Documents associated with: Universal Exhibition, Paris, 1867
Record 21 of 31
System Number: 09193
Date: [5 November 1867]
Recipient: George Aloysius Lucas
Repository: Baltimore Museum of Art, MD
Call Number: 12 folder, W-Lucas file
Document Type: ALS
2. Lindsey Row -
Old Battersea bridge
Dear Lucas -
It requires much audacity in me to write to you now to beg you again to help me in these Exhibition matters after your previous kindness and the trouble you have taken for me - I have had letters saying that the affair is all over and the pictures to be packed must be if not personally looked after, at least cared for by some one deputed to do so - Would you do so for me? It will be a kindness in you if you will -
[p. 2] I should I think like much to come over and stay in Paris - I wonder if you were accidentally to know of a decent studio - nothing but a [
illegible] bare studio with a little room to sleep in? Perhaps for about 800 fs or 1000 - such might be met with - large you know if possible - but not at all necessary to be swell - as I intend to be very quiet and scarcely "receive" any one so I should want the money to go for size only, and warmth in its construction - No matter either about the quartier as far as neighborhood goes - excepting [p. 3] that I should prefer to be near you -
I have a great deal of very hard work to do - and must be more quiet than I can be here - Also care but little to meet the old café set just now, as I have no time for talk -
Mr Beckwith says something about paying for the transport and packing - can't it be managed without? - as all the sending over there was at my expense - surely there must be some arrangement on the American part that shall make them return their pictures to the Artists as the English department does free of cost! It is preposterous if they do not! I have heard from [p. 4] Mr Avery and will answer his letter which is a very amiable one - Please say to him meanwhile that I will give the Etchings for him to the gentleman whose address he has sent me - and tell him also that I shall be very thankful for any assistance he can show in this matter of returning my unfortunate pictures to me here in London -
With kindest regards to yourself and Madame, believe me dear Lucas
J A McN Whistler
Monsieur George Lucas
41. Rue de l'arc de Triomphe
[stamp x 4:] POSTAGE / ONE PENNY
[postmark:] LONDON. S. W / 5 / NO 5 / 67
[postmark on verso, illegible]
[on verso:] '2'
1. [5 November 1867]
Dated from postmark. G. A. Lucas was in Le Havre and did not receive the letter until 8 November (see Randall, Lillian, ed., George A. Lucas: An American Art Agent in Paris, 1857-1909, Princeton, 1979, p. 253, diary entry, 8 November 1867).
This letter was published in Mahey, John A., 'The Letters of James McNeill Whistler to George A. Lucas,' Art Bulletin, XLIX, September 1967, pp. 247-57, Letter VIII.
Universal Exhibition, Paris, 1867, including Crepuscule in Flesh Colour and Green: Valparaiso (YMSM 73). It opened on 1 April. Lucas complied with JW's request and by 13 December, he had received four boxes of pictures in London (see JW to G. A. Lucas, 12 December 1867, #09195).
5. previous kindness
Lucas had assisted JW with arrangements for the delivery of the works to the exhibition the previous March. In addition, he probably used his influence with the Art Commissioner for the American section, Samuel Putnam Avery (1822-1904), print-publisher, collector and philanthropist [more], to ensure JW's works were well-hung (see JW to G. A. Lucas, [23 March 1867], #09191. He seems to have been unsuccessful, however. JW was furious to find that the works had been ill-displayed (see JW to G. A. Lucas, 6 April 1867, #09192) although Joseph Pennell alleged that all the Americans were treated badly and their work hung 'in corridors and dark corners' (see Pennell, Elizabeth Robins, and Joseph Pennell, The Life of James McNeill Whistler, 2 vols, London and Philadelphia, 1908, vol. 1, p. 141).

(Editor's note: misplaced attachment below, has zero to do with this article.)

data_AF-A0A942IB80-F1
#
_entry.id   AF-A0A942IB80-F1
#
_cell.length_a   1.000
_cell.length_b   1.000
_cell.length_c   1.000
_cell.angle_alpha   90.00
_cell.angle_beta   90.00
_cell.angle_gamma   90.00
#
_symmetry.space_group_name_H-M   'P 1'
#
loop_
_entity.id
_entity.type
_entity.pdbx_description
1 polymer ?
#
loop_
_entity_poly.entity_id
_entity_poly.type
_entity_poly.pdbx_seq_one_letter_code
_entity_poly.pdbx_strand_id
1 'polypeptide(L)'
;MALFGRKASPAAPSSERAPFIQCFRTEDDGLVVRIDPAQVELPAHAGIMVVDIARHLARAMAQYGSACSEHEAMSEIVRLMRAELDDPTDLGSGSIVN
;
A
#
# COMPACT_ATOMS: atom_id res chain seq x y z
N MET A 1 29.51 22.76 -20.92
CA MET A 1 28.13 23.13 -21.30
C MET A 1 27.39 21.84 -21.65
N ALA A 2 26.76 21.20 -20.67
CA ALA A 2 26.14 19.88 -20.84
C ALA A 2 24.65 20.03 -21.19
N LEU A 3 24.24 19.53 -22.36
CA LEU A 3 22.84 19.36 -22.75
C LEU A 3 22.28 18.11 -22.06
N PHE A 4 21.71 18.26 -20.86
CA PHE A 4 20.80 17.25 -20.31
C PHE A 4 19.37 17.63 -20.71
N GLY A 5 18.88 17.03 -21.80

JW had sent four paintings to the Exposition and several etchings (probably from the Thames Set - see note below). The paintings were Brown and Silver: Old Battersea Bridge (YMSM 33); Wapping (YMSM 35); Symphony in White, No. I: The White Girl (YMSM 38) and Crepuscule in Flesh Colour and Green: Valparaiso (YMSM 73).
JW did not take a studio in Paris, distracted, perhaps, by events such as his quarrel with Francis Seymour Haden (1818-1910), surgeon and etcher, JW's brother-in-law [more], over Haden's treatment of James Reeves Traer (ca 1834 - d.1867), partner in F. S. Haden's medical practice [more], and his expulsion from the Burlington Fine Arts Club on 13 December 1867 (see JW to William Boxall, 24 December 1867, #00498). However in January 1868, he borrowed the studio of his friend Frederick Jameson (1839-1916), architect and musician [more] at 62 Great Russell Street for several months where he worked on Symphony in White, No. 3 (YMSM 61).
9. hard work
During the summer of 1867, JW wrote to Fantin-Latour, rejecting the realist art of Jean-Désiré-Gustave Courbet (1819-1877), painter [more], and wishing that he had studied under Ingres (JW to Henri Fantin-Latour, [May/July 1867], #08045: 'Ah! que n'ai-je été un éleve de Ingres!'). In an attempt to seek new artistic direction, he made numerous studies of classically draped figures during the late 1860s, including the Six Projects (YMSM 82-7; see also M.341 et seq.).
11. Mr Avery
Samuel Putnam Avery (1822-1904), print-publisher, collector and philanthropist [more]. Avery was Art Commissioner for the United States Section at the Exposition. He also went on to become one of JW's regular patrons during the 1870s. He bought rare proofs of his etchings, now in the Metropolitan Museum of Art, New York and owned oils including Portrait of Whistler with Hat (YMSM 23).
Written on envelope in Lucas's hand.